Haworthia species make perfect succulent indoor plants since they don’t need as much light as other succulents. They are low-maintenance and beginner-friendly species that make indoor corners more intriguing. Haworthia limifolia is one such example.

Care guide highlights: Haworthia limifolia favors medium to bright light, only occasional watering when the potting medium is almost completely dry. Fertilize twice during the growing season. When it is time to propagate, remove offsets from the base and pot up individually.

These are the topics we shall talk about here:

  1. Introducing Haworthia limifolia
  2. Does it need too much light?
  3. Which temperature is ideal?
  4. Humidity requirements of Haworthia Limifolia
  5. Is well-draining soil a must?
  6. Watering- how often?
  7. Repotting Haworthia Limifolia
  8. Does it need to be fertilized?
  9. Propagation techniques
  10. Common issues and how to tackle them
  11. FAQ

This article will give you all the necessary information to grow a healthy and happy Haworthia limifolia.

Haworthia limifolia plants

Introducing Haworthia Limifolia

Leaves

This compact succulent features a small rosette and each leaf has ridges protruding from the surface, giving the plant its common name Fairy Washboard.

The rosette is 50-70 cm across, dark green, opaque, and leaves are usually spreading with elevated margins, moving quickly from a broad base to a sharp, narrow point. There are tubercles raised in ridges on both leaf surfaces.

The leaves are light to very dark green, long (12-30 cm), ovate-lanceolate, fleshy,  pointed at the tips, adorned with not-so-conspicuous white ridges or margins. The leaf edges are soft and hairless.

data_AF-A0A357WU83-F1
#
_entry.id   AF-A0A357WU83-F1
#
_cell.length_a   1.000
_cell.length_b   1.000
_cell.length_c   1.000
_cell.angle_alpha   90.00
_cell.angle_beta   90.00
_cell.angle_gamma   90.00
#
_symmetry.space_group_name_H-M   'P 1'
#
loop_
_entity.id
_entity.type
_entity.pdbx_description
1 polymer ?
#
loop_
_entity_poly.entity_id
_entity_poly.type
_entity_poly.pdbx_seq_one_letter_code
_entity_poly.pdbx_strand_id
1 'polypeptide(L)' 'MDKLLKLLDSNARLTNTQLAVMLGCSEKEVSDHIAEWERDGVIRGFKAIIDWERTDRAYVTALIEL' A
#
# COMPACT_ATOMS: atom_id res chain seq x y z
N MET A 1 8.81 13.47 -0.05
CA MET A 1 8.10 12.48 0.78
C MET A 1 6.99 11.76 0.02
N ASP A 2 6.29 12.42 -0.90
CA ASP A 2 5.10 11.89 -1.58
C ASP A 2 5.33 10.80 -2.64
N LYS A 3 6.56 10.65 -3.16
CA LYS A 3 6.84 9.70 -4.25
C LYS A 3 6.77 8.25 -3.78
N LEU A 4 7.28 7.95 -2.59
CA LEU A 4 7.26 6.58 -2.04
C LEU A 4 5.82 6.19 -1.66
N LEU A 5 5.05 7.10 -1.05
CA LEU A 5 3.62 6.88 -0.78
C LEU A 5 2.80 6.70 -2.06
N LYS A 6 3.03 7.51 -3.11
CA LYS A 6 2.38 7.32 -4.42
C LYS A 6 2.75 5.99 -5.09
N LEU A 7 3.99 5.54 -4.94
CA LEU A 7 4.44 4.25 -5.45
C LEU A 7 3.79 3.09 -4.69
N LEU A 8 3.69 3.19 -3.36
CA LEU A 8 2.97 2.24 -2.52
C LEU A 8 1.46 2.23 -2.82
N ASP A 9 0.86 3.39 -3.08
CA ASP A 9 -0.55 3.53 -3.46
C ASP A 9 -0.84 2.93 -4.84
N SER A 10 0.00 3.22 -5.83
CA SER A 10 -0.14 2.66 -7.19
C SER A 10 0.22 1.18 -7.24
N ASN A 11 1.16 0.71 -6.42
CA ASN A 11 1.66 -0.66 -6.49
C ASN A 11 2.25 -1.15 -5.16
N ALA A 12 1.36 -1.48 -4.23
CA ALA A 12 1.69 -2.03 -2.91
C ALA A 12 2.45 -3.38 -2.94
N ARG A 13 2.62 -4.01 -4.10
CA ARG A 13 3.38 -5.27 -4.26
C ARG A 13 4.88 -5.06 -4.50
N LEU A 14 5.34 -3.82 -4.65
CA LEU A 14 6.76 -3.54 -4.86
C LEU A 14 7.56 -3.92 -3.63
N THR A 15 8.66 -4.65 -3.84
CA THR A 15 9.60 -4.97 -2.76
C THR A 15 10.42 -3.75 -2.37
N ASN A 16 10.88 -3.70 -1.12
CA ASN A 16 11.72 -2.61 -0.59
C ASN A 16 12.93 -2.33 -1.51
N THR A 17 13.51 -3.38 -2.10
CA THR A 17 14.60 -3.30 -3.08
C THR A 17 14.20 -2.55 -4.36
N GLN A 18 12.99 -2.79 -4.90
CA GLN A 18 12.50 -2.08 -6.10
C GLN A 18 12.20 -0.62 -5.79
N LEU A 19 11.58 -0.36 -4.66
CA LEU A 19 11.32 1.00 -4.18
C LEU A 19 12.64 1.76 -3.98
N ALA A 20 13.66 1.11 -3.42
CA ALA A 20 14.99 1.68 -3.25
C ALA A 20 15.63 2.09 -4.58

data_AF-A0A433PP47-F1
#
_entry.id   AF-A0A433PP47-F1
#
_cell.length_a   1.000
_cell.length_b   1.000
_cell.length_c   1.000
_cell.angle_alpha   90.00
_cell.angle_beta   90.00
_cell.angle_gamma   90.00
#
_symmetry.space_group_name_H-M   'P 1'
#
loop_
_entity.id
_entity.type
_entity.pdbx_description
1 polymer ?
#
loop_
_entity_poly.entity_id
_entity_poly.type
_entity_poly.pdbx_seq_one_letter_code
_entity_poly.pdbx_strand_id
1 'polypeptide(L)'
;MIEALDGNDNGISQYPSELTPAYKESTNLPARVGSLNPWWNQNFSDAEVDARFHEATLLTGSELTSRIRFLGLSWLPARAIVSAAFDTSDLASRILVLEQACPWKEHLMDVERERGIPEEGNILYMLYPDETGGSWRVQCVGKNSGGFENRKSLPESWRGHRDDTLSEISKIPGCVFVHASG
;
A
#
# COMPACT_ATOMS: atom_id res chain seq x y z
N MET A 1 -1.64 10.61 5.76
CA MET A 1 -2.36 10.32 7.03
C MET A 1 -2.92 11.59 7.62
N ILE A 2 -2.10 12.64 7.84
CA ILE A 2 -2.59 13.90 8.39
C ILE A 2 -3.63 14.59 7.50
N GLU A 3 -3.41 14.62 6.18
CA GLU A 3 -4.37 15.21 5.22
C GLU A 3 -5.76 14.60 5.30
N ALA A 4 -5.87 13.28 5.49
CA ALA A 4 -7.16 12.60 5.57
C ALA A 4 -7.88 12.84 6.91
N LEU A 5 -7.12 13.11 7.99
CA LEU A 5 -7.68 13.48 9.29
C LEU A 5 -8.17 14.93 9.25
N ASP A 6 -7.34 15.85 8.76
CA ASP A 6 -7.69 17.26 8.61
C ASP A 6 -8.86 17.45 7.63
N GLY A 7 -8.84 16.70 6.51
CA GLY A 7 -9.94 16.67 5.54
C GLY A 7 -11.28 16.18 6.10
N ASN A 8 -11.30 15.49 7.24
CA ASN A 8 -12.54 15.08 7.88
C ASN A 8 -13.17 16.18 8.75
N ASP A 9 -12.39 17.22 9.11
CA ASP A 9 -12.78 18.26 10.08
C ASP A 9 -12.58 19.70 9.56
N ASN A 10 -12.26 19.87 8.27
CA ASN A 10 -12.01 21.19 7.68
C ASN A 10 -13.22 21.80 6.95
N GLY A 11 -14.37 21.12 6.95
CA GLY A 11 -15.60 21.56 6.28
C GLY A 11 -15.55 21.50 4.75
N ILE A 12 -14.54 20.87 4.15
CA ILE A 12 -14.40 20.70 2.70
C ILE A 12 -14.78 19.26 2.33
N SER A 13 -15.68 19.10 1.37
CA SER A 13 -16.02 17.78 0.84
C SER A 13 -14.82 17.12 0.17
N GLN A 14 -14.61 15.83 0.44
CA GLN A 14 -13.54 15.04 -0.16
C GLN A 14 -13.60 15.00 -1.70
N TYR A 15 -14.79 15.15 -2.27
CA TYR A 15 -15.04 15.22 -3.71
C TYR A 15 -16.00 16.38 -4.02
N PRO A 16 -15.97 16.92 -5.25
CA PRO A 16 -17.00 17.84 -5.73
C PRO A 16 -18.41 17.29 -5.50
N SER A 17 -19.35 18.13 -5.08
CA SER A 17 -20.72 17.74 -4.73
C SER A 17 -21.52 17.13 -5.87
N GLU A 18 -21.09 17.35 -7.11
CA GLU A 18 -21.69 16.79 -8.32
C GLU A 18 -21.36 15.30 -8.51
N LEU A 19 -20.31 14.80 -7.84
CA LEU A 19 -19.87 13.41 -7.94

Haworthia limifolia plant

Flowers

The flower stalk will appear from the center of the rosette and may extend over 0.6 m long with small, white, trumpet-shaped flowers, though it is a rare sight, so don’t be disappointed if you end up waiting for Godot.

Height

This small succulent rarely reaches more than 5 cm tall and 10 cm wide, making it ideal for an indoor fairy garden. It performs best in zones 9-11.

Related: 45 Best Indoor Garden Ideas to Turn Your Place Into a Breath-Taking Plant Paradise

Cultivars

There is a variegated and very beautiful form of this plant called Haworthia limifolia var.stricta that has white ridges on the leaves, but it is a bit more difficult to find and may be costly.

Some other cultivars are Haworthia limifolia var.ubomboensis which is bright green, smooth-surfaced found in the mountains near Barberton, very rare indeed. And there is another one, Haworthia limifolia var.gigantea, a very large species with small dispersed tubercles.

Variegated Haworthia limifolia

Here are a couple of more lovely Haworthia plants for you:

Let’s see what are Haworthia limifolia care requirements!